Images of War: Early Jet Fighters, 1944-1954

Published on
July 27, 2020
Review Author(s)
Book Author(s)
Leo Marriott
Other Publication Information
7 ½” x 9 ½”, Paperback, 144 pages, 192 BW Photos.
Provided by: Pen and Sword Books Ltd - Website: Visit Site


This book is the second in a series on jet fighter development. Their first book dealt with jet fighter development in the U.S., Britain, Germany, and Italy through the end of World War II. The text explained the backgrounds and conditions resulting in the emerging of the various designs, and the subsequent postwar developments of these aircraft.

This second volume deals with the aircraft not covered in depth in Volume 1, including Germany, the Soviet Union, France, Sweden, Switzerland, Czechoslovakia, Italy, Switzerland, Argentina, and Japan. Of course, much of the jet development in Eastern Europe came about as a result of German engineering progress, while many German designers left Germany after the war to work in other countries, including the U.S., the Soviet Union, and Argentina. It is interesting to note that the French designer Dewoitine, due to his work with German controlled firms in France during the war, had to escape to South America where he continued in aviation long after the end of the war. Kurt Tank also worked in Argentina.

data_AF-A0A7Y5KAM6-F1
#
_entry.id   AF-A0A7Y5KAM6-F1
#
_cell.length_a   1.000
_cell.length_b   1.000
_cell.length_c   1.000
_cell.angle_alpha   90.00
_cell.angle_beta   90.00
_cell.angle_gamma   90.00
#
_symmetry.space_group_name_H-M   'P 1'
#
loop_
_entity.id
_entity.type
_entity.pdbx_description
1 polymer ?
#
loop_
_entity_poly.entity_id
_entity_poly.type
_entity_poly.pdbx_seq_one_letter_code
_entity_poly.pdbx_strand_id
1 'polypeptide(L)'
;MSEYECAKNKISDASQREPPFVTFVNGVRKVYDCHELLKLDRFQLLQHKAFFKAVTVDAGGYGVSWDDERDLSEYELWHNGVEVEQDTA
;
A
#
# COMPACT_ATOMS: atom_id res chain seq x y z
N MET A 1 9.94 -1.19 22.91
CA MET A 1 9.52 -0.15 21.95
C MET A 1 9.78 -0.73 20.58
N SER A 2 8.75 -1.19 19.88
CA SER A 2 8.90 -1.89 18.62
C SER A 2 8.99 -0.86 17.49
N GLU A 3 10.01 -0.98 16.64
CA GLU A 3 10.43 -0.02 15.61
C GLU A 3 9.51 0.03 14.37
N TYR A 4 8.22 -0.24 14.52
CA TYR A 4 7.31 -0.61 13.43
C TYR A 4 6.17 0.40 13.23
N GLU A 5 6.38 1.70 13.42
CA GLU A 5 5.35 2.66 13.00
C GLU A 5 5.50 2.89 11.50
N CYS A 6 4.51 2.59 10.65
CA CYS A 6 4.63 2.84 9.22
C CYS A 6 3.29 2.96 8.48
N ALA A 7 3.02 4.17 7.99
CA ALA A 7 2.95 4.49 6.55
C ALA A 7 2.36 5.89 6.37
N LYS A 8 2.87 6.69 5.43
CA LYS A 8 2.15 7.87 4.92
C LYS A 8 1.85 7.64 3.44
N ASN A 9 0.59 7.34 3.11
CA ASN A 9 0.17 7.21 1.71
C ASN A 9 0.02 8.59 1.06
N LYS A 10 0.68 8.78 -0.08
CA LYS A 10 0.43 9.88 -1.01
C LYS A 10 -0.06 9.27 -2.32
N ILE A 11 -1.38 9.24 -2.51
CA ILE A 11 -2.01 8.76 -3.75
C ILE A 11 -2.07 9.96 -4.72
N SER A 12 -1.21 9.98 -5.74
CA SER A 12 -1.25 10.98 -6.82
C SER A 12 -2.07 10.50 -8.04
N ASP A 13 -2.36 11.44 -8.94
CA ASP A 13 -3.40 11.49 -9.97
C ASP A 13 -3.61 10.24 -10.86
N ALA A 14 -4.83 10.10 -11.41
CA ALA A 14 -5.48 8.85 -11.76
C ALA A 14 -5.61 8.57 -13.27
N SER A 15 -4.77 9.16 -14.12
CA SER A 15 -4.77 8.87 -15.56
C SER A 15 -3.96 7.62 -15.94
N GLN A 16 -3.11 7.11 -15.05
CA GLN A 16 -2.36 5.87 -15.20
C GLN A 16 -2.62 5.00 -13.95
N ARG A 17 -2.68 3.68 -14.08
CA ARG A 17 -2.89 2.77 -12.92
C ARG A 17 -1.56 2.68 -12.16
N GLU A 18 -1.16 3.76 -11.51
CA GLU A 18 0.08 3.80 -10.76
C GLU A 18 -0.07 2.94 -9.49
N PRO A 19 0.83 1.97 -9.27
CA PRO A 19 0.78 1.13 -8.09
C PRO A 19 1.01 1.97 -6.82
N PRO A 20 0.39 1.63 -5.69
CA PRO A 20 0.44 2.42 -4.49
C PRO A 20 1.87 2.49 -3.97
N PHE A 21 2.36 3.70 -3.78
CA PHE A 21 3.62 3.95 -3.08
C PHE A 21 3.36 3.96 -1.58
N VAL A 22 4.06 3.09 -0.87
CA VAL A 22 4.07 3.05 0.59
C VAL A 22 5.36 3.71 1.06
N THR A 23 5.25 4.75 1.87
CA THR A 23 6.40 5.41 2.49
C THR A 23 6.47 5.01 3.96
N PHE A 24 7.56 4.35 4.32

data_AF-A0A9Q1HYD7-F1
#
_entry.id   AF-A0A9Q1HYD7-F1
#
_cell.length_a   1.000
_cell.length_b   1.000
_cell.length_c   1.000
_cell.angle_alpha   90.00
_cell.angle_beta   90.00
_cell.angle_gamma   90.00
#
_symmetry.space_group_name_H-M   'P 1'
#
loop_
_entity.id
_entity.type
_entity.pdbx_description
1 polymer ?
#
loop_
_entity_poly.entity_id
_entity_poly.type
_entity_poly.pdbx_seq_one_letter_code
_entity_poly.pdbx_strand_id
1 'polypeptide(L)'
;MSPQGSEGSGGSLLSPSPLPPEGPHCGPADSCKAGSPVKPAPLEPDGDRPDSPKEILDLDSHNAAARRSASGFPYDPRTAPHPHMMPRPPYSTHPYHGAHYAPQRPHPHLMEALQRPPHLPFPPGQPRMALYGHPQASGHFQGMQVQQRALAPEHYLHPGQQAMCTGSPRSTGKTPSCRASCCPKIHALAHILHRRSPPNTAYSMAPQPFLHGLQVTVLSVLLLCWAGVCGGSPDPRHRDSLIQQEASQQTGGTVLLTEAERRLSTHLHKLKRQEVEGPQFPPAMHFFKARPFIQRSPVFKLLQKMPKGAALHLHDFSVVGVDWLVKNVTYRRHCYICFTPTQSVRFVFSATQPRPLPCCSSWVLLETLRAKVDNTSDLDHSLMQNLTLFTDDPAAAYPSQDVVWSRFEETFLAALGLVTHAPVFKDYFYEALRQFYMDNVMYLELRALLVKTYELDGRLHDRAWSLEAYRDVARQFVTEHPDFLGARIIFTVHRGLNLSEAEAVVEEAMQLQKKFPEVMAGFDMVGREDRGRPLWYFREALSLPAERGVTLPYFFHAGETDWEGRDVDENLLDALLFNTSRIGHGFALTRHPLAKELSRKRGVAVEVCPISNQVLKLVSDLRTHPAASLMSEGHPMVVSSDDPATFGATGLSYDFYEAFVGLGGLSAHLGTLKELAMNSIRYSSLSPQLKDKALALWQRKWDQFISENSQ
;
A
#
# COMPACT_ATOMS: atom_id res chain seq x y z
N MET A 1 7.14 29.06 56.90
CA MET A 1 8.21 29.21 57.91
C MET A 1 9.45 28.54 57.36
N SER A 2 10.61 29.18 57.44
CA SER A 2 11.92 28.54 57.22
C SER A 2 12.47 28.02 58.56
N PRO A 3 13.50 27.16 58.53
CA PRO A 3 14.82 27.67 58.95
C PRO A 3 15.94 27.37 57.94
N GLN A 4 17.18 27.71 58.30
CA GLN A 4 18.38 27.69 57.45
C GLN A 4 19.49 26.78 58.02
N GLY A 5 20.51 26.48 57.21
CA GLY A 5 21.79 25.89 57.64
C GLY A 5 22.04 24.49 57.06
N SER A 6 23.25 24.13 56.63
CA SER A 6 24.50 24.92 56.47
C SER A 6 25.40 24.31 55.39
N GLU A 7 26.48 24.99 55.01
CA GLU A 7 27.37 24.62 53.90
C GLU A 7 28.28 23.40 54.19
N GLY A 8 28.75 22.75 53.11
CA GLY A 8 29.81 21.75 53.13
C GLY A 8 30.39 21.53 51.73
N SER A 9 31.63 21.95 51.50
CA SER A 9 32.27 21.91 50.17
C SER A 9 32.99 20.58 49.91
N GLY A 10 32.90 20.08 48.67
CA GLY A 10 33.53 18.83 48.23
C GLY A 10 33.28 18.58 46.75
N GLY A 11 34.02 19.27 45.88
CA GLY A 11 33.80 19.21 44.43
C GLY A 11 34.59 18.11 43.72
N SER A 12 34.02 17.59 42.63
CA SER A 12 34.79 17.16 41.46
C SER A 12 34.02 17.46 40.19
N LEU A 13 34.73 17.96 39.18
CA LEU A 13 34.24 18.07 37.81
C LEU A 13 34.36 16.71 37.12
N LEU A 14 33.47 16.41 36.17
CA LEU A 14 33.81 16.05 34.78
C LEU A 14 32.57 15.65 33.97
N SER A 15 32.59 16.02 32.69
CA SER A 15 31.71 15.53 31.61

Before I started reading this book, I thought I knew a lot about wartime and early postwar jet fighters. Wrong! The author not only describes and discusses the better known production models, but all of the prototypes developed by various companies either for production aircraft or aerodynamic research vehicles, and provides good pictures of them. Another factor is the coverage of European types that used British jet engines, especially the Russians, who started out using German engines but wound up buying engines from the British, probably due to kinship felt between the British Socialist Labour (sic) Party, which was then in control after VE Day, and the Russian Communists. Of course, the British later woke up, and allied themselves with NATO against the Russians. But that is another story.

One particularly important feature of this book is the large number of good photographs included in the book. At least one, and usually two or more, good photos are provided for each aircraft, most of which would be useful for anyone wishing to build a model of any of these aircraft. There is no color included, but the black and white photos are very impressive. Even the photos of the Russian planes are reproduced well, even though the author quotes one historian as stating that, according to the photos, the Russians only built “blurry” airplanes.

The author goes into a lot of detail showing the development of the various nations’ fighter development, devoting no less than 48 pages to Soviet aircraft and 31 pages to French types. Even neutral countries, like Sweden and Switzerland, are covered in detail.

Probably the most impressive thing about this book is the coverage of the large number of prototypes and “also rans” which are not included in most aviation history books. When I received this book, I immediately began reading it, and couldn’t put it down until I was finished. It was great and informative reading, and I would highly recommend it to anyone interested in early jet fighter development. Don’t miss out on this one.

Thanks to Pen and sword and the IPMS gang for the review copy.


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